We recently spent some time at my family's farm in Pennsylvania. We haven't been there since Benny was three. This tim around, I found myself letting go of a lot of things that would have had me screaming my head off, three years ago.
When I was a child we went to "The Farm" every summer. My parents were school teachers, and they'd hung on to this property in Pennsylvania, where they used to live full time, as a summer home. I climbed trees, rode horses, hiked in the woods, and in general stepped outside my narrow urban experience for a few months of the year.
Now, I am a parent. Tree climbing no longer means escaping to a staggering height to stay there with a book all through the afternoon while your mother wonders where you are. Tree climbing now means hysterically imagining trips to the emergency room, with broken arms, legs, and heads, and that type of thing. Riding a pony no longer means feeling the animal move under you, and the wind in your hair, and civilization at your back. Now it means believing with certainty that the pony is most likely crazy, and only wants to scrape your precious baby off on the nearest tree, and then trample him/her into the moss as it neighs in evil triumph. What a difference twenty years and two pregnancies makes.
The last time we were at "The Farm," Benny was three years old. I hovered over him like a swarm of bees, guiding him away from anything sharp, high, cold, or made out of poison. This time around, he was six, and I had little Sadie to hover over. The question on everyone's mind, as we made plans for our trip, was this: Will Lydia be able to release her deathgrip on Benny's safety at all? Or will she hover over BOTH of them, relentlessly, forcing them into a small, resentful unit that marches before her in only the safest of safety?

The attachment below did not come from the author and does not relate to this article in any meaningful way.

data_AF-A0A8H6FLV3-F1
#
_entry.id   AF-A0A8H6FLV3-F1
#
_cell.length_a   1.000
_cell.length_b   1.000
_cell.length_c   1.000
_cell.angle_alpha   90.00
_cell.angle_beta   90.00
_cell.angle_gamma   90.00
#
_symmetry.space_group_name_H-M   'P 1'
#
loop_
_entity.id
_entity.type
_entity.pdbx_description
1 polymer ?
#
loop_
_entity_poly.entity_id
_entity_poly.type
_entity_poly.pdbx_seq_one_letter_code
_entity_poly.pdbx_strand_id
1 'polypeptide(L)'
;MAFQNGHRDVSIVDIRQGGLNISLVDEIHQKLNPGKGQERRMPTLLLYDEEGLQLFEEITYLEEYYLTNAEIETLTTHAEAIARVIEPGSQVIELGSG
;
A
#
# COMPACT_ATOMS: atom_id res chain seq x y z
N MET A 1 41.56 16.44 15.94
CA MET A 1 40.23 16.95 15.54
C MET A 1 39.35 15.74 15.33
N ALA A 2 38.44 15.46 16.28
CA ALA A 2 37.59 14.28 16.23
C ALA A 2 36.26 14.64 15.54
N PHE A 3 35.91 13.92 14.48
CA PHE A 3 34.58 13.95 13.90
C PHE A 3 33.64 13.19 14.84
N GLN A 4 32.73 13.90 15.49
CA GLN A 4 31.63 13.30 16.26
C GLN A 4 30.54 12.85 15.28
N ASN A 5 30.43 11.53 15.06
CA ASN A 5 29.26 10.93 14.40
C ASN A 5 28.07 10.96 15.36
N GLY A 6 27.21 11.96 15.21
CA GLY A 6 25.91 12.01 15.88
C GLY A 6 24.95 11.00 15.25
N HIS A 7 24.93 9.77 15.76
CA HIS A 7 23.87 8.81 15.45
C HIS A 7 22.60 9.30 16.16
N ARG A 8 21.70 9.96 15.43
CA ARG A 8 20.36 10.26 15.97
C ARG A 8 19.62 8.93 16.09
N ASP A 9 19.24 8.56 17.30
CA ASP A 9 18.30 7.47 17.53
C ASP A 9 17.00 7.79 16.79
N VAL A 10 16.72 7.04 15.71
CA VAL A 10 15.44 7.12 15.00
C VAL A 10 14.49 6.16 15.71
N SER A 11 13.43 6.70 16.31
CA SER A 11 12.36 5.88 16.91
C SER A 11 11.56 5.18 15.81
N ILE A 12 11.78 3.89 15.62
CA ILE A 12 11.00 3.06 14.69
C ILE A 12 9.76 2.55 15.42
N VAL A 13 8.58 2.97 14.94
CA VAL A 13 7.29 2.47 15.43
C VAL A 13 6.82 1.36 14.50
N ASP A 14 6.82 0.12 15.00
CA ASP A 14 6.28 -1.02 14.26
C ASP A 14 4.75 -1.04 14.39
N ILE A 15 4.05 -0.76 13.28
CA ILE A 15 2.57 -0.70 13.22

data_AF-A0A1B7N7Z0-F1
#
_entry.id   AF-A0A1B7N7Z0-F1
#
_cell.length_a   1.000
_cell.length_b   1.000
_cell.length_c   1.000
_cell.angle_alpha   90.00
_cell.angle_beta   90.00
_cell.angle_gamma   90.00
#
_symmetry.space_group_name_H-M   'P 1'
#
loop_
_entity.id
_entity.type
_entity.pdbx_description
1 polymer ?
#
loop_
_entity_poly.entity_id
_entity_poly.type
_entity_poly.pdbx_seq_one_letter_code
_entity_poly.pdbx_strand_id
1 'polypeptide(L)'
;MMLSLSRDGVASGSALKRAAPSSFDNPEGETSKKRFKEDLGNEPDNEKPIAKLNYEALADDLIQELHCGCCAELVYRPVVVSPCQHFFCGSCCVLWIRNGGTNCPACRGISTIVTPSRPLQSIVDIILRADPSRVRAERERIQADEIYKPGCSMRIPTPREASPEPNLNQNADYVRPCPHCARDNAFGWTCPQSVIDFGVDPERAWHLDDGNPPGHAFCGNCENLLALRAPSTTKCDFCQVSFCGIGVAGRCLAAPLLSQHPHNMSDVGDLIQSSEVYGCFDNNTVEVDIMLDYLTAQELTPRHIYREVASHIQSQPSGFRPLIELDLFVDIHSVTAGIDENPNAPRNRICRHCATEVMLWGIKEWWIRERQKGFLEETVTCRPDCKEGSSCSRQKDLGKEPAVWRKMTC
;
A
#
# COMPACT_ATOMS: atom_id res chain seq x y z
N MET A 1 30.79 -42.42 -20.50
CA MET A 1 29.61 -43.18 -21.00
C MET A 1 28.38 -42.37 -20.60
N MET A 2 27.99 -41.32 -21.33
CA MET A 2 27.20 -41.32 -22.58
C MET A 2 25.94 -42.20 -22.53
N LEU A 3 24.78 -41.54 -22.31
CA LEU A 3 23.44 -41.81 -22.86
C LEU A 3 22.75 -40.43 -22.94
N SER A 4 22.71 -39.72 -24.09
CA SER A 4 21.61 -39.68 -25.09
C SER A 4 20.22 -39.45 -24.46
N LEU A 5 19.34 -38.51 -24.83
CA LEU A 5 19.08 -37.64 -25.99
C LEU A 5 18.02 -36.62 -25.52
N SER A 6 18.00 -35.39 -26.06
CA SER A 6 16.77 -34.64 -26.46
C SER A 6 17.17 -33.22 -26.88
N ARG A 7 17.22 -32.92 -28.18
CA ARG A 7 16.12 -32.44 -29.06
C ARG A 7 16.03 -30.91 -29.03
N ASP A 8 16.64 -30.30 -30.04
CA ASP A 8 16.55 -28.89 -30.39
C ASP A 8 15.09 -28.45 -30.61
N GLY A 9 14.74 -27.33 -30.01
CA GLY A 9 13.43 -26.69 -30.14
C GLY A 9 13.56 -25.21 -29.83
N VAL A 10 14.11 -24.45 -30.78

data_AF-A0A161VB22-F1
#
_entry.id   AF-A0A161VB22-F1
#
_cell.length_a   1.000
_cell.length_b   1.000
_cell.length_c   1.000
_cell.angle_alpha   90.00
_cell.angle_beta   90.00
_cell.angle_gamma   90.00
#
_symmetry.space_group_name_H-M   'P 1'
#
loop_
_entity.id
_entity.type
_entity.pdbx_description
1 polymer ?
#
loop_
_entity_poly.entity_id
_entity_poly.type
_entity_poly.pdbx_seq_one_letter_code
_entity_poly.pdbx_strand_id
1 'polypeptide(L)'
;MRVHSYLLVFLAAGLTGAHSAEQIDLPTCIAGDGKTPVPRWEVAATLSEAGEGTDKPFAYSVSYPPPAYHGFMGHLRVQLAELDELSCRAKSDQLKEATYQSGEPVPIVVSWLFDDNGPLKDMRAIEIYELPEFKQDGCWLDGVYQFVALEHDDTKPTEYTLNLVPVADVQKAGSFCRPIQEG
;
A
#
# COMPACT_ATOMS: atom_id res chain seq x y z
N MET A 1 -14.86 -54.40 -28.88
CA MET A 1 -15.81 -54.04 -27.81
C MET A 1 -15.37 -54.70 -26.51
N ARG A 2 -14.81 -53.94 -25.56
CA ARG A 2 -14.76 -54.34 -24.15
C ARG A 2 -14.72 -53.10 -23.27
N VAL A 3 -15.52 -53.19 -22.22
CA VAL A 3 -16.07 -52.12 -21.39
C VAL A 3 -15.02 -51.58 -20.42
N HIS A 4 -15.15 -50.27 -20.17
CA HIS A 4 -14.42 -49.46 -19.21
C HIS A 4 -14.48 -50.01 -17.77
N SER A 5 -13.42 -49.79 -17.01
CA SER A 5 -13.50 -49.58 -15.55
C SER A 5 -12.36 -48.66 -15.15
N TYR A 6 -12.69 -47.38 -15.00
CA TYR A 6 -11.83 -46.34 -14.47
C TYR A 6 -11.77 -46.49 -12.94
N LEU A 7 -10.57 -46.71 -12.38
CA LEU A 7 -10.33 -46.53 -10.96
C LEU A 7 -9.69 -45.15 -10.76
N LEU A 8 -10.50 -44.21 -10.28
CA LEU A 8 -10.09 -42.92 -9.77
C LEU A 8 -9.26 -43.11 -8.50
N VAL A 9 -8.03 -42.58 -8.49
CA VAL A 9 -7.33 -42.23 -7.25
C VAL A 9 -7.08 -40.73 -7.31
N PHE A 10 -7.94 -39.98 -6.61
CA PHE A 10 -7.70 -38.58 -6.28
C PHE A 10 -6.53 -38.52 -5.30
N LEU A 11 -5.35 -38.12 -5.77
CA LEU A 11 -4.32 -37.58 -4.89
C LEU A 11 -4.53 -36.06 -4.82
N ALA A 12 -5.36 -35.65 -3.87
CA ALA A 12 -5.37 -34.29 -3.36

Let me tell you.
There are trees in the front yard, at the farm. They are tall. They are taller than the house. Benny, naturally, being a six-year-old boy, was attracted to these trees as a duck is attracted to water. Or, as a duck is attracted to a whistling precipice where he probably plummets to his certain death.
Benny: HI MOM DO YOU SEE ME I AM VERY HIGH!
Me (pulse racing): Aren't you ready to come down, now, Benny?
Benny: I AM NOT AT MY HIGHEST POINT!
Me (eyes popping): Okay, but be careful, okay? Okay? Because if youf all, it will not be good. You will get hurt! Hurt I tell you!!!
Benny: MOM DO YOU SEE HOW HIGH I AM IN THIS TREE I CAN SEE THE ***ROOF***!
Me (blood draining from extremities to hide cowering in heart): Okay, but are you at your highest point yet? Mommy's not feeling okay about you going so high!
Benny: MOM GO IN THE BACK YARD! I CAN SEE YOUR BLUE CHAIR OVER THE HOUSE! I CAN SEE YOU IF YOU SIT IN IT! GO SIT IN THE BLUE CHAIR!
Did I let him climb the tree, all the way up to the top, all the way past the roof? Did I let her ride the pony? I did, repeatedly. By the end of our time there, I even said things like, "Go play outside for a while Benny. It's going to be bathtime soon." Then I would open the door, bustle him out, and continue feeding the dog or pulling the baby in the wagon, or whatever. I did relax. It was, at times, not at all relaxing, but I did manage to do it.
He also learned to ride his bicycle without training wheels, and I learned not to hold onto the back of his seat. He read himself to sleep at night, after our reading time together was over. And he got to be in charge of the dog.
The country was good for us. You never realize you can let go and allow your child to expand in these ways until you're in the situation, and you see yourself doing it. I'm assuming, though I can't imagine it right now, that this will be the case when he wants to drive, go to college, get married -- those other dangerous projects. One breathless conversation with him climbing, climbing inexorably up, and then he will be there, alive, and I will have survived it too.